How Community Votes Shape Individual Preferences for Taxation: Experimental Evidence from Benin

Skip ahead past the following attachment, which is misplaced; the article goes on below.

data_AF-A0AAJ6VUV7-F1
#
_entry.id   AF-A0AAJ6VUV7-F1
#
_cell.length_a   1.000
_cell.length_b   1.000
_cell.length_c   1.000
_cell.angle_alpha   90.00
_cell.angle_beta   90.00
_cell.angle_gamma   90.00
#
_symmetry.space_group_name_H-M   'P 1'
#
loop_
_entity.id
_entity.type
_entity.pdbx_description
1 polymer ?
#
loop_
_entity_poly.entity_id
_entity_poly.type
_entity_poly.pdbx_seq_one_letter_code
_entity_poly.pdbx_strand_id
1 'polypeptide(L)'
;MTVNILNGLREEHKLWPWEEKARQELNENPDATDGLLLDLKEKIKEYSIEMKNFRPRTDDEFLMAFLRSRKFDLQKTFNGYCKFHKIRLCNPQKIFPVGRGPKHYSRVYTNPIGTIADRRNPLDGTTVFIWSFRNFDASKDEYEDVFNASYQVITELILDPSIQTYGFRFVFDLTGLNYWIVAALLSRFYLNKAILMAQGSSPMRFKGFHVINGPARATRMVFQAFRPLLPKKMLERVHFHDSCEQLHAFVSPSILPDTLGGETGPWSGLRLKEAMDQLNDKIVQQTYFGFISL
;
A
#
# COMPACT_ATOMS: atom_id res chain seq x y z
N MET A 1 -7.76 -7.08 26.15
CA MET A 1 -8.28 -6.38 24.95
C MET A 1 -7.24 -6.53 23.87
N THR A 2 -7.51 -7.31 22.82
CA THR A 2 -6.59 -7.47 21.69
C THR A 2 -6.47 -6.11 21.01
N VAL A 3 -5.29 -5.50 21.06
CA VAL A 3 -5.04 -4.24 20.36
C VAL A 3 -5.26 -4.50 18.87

Expanding African cities face growing demand for public services, but few succeed in collecting the tax revenue that would fund these services. Aside from evident issues of state capacity and low income, this paper argues that the use of electoral clientelism strategies impedes tax-raising efforts by negatively shaping the expectations of would-be political losers. I show this relationship via a survey experiment across municipalities in Benin, a relatively stable patronage democracy. In the experiment, the respondent is randomly informed whether their district's (roughly equivalent to a municipal ward) vote share for the mayor's political party was above or below the municipal average. I found those who received information of a below-average district vote expected politicians to redistribute resources from tax revenue unfairly, and were also less willing to contribute to their local governments through their tax dollars. My findings point toward long-term, negative effects of patronage practices on substantive policy issues, especially among individuals and communities that expect to lose from favored redistribution.